When Sam Hinkie and the Sixers new regime took over in the summer of 2013, they preached two things: patience and a plan. Those two ideals resulted in the creation of the "five year plan", the Sixers blueprint for title contention by 2018. Naturally when a timeline thats specific gets thrown around, success becomes measured only in relation to that period. If the plan strays too long, it begins to look like an abject failure. That may be unfair, but some can only wait so long before they get antsy.
Granted, the Sixers still have plenty of time; June 27 marks just two full years since they traded Jrue Holiday and embarked down this path. But as the organization heads towards arguably their most important summer, now is as good of a time as ever to evaluate just how long it might take the Sixers to become a contender.
Pinpointing year X as the time when Philadelphia will compete is pretty difficult, based off the team's roster building philosophy where the draft is the top priority. They're in line for six first round picks over the next three years (including their own), so the front office certainly will have it's fair share of chances to get things right. One of the issues is that half of those picks have no bearing on the Sixers performance.
The protections on the first rounders courtesy of Los Angeles, Miami, and Oklahoma have already complicated the 2015 NBA draft, as it's unlikely any of those will convey this year. It's the type of scenario that really hurts team building, and there are no guarantees that the picks next year will be high enough to select an impact player.
Once they can get players in Philadelphia, it's imperative the front office made the right choices for a multitude of reasons.The sooner they hit on a player, the easier it will be to develop their core. With his impressive statistical season across the board, Nerlens Noel showed he has the potential part of the nucleus. Obviously there is still room for improvement in Noel's game, and the Sixers will look for him to take some more positive steps next year.
But until the team establishes positions of dominance, they will continue to draft the best player available, regardless of position. That could include Duke's Jahlil Okafor or Kentucky's Karl Towns, if they're still available when the Sixers pick rolls around. That would obviously create a logjam in the front court with Noel and Joel Embiid, but it would be short-sighted to select a player just to fill an area of need.
Frankly, the Sixers have needs at every position until proven otherwise. While it's reasonable to expect big things from Joel Embiid, it would be irrational to build the team like he's already a game changer, and completely ignore selecting a player at the same position. The fear of reoccurring injuries is still real, and there is always the chance his career is simply a flop.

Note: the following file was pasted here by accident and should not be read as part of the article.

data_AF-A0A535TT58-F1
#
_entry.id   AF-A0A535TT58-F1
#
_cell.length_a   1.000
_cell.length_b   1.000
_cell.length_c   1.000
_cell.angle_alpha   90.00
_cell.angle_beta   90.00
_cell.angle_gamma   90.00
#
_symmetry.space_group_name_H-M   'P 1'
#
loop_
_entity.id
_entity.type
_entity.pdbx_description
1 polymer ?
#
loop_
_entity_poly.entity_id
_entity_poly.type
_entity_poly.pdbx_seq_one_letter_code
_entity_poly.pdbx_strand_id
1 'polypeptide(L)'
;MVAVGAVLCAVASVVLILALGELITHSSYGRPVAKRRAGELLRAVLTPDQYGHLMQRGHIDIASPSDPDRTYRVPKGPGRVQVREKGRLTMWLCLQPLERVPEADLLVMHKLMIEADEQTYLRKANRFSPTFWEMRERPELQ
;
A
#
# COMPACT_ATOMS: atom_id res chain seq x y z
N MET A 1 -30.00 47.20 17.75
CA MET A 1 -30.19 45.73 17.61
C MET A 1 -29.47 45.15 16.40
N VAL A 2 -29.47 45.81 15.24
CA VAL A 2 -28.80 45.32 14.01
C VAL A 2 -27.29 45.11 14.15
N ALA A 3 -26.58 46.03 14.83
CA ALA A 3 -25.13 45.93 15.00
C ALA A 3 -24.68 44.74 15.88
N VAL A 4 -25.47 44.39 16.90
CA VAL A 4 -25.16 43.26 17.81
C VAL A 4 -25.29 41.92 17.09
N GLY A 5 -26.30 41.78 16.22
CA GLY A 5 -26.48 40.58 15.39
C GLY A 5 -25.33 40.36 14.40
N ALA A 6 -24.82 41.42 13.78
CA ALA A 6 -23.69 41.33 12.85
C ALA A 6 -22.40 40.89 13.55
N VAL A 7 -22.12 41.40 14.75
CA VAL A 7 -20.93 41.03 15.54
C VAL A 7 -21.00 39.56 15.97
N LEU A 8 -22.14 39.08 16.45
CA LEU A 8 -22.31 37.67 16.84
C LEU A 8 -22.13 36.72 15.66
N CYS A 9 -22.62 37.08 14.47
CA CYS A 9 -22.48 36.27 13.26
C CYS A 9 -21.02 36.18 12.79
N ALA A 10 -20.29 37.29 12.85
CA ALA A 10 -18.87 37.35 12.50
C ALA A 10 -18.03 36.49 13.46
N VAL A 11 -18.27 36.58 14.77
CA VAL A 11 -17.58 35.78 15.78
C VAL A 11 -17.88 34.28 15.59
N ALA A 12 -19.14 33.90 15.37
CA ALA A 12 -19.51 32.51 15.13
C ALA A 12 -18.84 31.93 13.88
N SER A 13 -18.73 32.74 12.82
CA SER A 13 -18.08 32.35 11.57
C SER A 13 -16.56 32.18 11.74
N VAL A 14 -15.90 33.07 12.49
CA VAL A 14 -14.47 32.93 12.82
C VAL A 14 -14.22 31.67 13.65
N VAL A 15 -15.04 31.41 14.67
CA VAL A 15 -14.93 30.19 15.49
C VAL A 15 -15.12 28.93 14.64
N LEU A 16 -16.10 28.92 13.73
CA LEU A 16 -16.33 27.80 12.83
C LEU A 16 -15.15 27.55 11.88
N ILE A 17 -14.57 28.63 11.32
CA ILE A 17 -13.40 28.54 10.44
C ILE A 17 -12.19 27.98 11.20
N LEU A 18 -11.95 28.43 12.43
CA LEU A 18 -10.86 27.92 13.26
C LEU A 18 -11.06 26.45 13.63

The Sixers main concern should and will be stockpiling the best talent through the draft, and worrying about possible fit later. But this process takes time, which is why nailing these picks now is crucial. If they strike out, it's essentially back to square one. Trading Michael Carter-Williams may not have set them team back another year, but it's still hole that will need to be addressed again at some point, and likely through the draft.
While scheming about how the Sixers can use their cap space to lure names like Kawhi Leonard and Jimmy Butler to speed up the process is nice, it isn't possible without the right pieces in place. That's how you end up spending $82 million on Elton Brand and max out as an average Eastern Conference team. Overpaying for Danny Green now isn't going to help you win in three years, but rather handcuff you to money that could be better used down the line.
Philadelphia will not spend money on free agents -- stars or complimentary pieces alike -- until they've amassed enough impactful, young talent.
Which brings us back to the timeline. If Dario Saric were to come over in 2016-17, that would likely be the year Philadelphia would start its climb to the top of the Eastern Conference. Saric is certainly viewed as part of the team's potential core, and likely wouldn't make any drastic moves before they have him in the fold. That would also give Philadelphia enough time to evaluate their in-house talent, and figure out the holes that could be plugged by means outside the draft. Once they've accomplished that, saving cap space by stocking up on rookie deals and other minimum salary bargains becomes helpful.
Will Philadelphia be a title contender by the time 2018 comes, as planned by the organization's higher ups? Nobody can know for sure, but their ascent to the top seems to still be on schedule.